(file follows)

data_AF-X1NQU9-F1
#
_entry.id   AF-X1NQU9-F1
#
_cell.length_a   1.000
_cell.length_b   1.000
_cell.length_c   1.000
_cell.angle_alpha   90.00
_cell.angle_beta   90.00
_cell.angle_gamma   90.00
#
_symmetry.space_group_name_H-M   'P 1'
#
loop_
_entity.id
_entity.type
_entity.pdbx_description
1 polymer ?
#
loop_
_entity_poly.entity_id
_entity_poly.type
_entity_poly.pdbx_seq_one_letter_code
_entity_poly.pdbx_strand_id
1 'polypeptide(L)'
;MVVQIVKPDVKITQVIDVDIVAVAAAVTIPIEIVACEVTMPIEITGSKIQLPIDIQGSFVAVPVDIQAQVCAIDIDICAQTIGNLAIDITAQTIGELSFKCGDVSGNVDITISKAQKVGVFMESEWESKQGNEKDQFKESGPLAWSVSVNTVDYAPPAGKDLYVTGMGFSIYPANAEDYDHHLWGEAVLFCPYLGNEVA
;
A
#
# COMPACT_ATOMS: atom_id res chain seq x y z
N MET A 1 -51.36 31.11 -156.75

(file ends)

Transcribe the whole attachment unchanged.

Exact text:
data_AF-X1NQU9-F1
#
_entry.id   AF-X1NQU9-F1
#
_cell.length_a   1.000
_cell.length_b   1.000
_cell.length_c   1.000
_cell.angle_alpha   90.00
_cell.angle_beta   90.00
_cell.angle_gamma   90.00
#
_symmetry.space_group_name_H-M   'P 1'
#
loop_
_entity.id
_entity.type
_entity.pdbx_description
1 polymer ?
#
loop_
_entity_poly.entity_id
_entity_poly.type
_entity_poly.pdbx_seq_one_letter_code
_entity_poly.pdbx_strand_id
1 'polypeptide(L)'
;MVVQIVKPDVKITQVIDVDIVAVAAAVTIPIEIVACEVTMPIEITGSKIQLPIDIQGSFVAVPVDIQAQVCAIDIDICAQTIGNLAIDITAQTIGELSFKCGDVSGNVDITISKAQKVGVFMESEWESKQGNEKDQFKESGPLAWSVSVNTVDYAPPAGKDLYVTGMGFSIYPANAEDYDHHLWGEAVLFCPYLGNEVA
;
A
#
# COMPACT_ATOMS: atom_id res chain seq x y z
N MET A 1 -51.36 31.11 -156.75